Futures Markets Signal Gold Ready to Erupt
By Dickson Buchanan, Precious Metals Specialist at Euro Pacific Precious Metals
Friday, 9 August 2013
With gold recouping some losses in its most recent trading sessions, many are asking whether or not the bottom has finally formed for the yellow metal. Most of these gains have been simply chalked up to short-covering and dovish remarks by Bernanke during the recent Federal Open Market Committee meetings; however, there are some key indicators for gold which are overshadowed by the media hubbub. Two of them in particular are important to understand, because they reveal a renewed investment demand for physical gold over paper gold or fiat currencies.
The first indicator to note is called “gold backwardation,” which occurs “when the price of a futures contract is lower than the price in the spot market.”1 This means that traders are willing to pay more for gold that is available for delivery today, rather than lock in a futures contract at a discount for gold that is delivered months later.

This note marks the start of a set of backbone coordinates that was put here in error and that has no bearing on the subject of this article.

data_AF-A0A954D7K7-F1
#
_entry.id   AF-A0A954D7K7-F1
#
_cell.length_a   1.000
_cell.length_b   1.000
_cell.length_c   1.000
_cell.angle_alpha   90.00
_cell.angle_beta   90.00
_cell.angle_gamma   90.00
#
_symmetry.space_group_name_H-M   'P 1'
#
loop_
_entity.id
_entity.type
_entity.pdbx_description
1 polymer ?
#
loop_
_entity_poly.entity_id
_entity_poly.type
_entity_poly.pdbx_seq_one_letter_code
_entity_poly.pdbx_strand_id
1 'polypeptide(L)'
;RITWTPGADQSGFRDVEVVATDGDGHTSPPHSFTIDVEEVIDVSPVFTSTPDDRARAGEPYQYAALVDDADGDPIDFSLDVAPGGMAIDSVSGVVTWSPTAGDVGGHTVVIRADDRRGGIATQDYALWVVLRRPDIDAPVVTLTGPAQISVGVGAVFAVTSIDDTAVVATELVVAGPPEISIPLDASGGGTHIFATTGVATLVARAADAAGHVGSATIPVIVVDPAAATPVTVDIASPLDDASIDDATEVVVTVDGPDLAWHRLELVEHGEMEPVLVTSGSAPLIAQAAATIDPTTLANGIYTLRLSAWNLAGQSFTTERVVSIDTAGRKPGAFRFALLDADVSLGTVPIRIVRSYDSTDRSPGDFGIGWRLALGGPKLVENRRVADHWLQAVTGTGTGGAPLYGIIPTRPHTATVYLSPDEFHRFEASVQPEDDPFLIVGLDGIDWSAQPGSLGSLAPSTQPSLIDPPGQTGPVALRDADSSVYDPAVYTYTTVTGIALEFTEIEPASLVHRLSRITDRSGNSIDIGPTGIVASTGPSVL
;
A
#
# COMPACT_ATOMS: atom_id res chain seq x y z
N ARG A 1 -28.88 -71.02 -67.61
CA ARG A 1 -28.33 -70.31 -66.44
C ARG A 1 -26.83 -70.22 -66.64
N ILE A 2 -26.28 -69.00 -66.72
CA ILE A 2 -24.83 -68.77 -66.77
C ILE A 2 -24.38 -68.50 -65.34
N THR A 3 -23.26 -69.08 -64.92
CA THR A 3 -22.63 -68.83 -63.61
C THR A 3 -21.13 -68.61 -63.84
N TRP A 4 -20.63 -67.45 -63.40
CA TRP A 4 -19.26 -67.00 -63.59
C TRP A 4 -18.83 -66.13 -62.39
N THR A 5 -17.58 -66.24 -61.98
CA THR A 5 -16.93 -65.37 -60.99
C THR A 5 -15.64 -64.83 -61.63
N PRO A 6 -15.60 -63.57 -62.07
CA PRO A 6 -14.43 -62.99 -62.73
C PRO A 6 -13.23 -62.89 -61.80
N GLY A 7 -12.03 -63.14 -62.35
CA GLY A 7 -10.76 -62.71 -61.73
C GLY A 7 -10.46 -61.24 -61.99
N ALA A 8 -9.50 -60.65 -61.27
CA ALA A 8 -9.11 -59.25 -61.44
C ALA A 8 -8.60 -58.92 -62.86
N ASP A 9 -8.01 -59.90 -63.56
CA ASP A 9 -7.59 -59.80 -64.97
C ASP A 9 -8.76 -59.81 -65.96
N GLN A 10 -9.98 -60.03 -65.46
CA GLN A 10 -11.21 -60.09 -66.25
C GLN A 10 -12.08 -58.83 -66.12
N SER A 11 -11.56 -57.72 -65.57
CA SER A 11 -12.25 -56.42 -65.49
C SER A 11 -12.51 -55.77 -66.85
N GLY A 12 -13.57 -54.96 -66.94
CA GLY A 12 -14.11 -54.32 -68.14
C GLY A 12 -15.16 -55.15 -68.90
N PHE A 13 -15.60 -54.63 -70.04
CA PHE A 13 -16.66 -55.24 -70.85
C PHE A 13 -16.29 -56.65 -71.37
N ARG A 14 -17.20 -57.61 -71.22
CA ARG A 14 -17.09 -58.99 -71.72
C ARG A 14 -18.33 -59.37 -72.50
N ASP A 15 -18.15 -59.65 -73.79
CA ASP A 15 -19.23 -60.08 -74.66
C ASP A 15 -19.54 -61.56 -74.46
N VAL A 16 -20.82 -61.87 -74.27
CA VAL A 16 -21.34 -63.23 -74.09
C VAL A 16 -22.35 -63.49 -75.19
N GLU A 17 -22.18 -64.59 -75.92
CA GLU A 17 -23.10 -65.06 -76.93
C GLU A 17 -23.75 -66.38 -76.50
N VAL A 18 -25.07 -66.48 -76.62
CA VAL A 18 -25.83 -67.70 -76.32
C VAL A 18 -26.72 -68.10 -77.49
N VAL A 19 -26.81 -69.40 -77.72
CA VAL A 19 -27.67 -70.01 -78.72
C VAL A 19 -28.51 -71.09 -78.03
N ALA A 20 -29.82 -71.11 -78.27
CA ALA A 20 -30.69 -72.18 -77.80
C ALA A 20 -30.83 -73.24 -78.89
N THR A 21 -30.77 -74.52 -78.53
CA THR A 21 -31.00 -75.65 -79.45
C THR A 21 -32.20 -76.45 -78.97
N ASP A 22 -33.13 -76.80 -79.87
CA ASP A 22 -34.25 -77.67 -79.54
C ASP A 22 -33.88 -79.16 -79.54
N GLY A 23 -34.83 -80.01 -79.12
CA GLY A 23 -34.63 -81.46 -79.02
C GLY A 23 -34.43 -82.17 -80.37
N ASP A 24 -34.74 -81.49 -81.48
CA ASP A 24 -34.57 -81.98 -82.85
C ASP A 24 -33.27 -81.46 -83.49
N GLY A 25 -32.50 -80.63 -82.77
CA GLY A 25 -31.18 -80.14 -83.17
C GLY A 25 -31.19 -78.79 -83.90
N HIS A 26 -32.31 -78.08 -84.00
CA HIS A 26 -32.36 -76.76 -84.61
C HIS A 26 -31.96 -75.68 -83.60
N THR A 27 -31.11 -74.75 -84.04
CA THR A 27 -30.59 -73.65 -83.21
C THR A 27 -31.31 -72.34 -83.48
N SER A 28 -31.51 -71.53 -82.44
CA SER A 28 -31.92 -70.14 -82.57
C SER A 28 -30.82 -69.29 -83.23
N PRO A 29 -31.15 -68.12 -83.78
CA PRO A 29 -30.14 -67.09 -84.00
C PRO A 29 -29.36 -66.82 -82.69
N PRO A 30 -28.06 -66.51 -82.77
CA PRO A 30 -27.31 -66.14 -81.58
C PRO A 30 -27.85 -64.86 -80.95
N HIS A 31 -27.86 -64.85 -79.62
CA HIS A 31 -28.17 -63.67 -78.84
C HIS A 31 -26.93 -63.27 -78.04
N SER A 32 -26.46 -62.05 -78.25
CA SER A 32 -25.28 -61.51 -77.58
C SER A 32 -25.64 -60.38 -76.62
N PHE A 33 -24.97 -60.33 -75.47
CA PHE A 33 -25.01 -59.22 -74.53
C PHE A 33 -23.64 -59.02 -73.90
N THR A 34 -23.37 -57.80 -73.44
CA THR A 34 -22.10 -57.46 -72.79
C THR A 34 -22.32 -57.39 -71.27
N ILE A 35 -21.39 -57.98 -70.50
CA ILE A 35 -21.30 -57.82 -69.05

Taking this one step further, if gold stays in backwardation for some time, it means that no one is taking advantage of a risk-free arbitrage opportunity by simultaneously selling physical gold at spot and buying a futures contract. In such a scenario, traders can keep not only the spread between the spot rate and the futures rate, but also their original position in gold. This is known as “de-carrying gold.” Now, if enough traders were to take advantage of this risk-free profit, gold would be pushed out of backwardation into its normal trading state (i.e., “contango,” when the price of a futures contract is higher than the physical spot price). The fact that this is not occurring, and that gold remains in backwardation, implies that gold is more and more decoupling from the dollar – a trend that, if continued, could raise the dollar price of gold and other assets significantly.1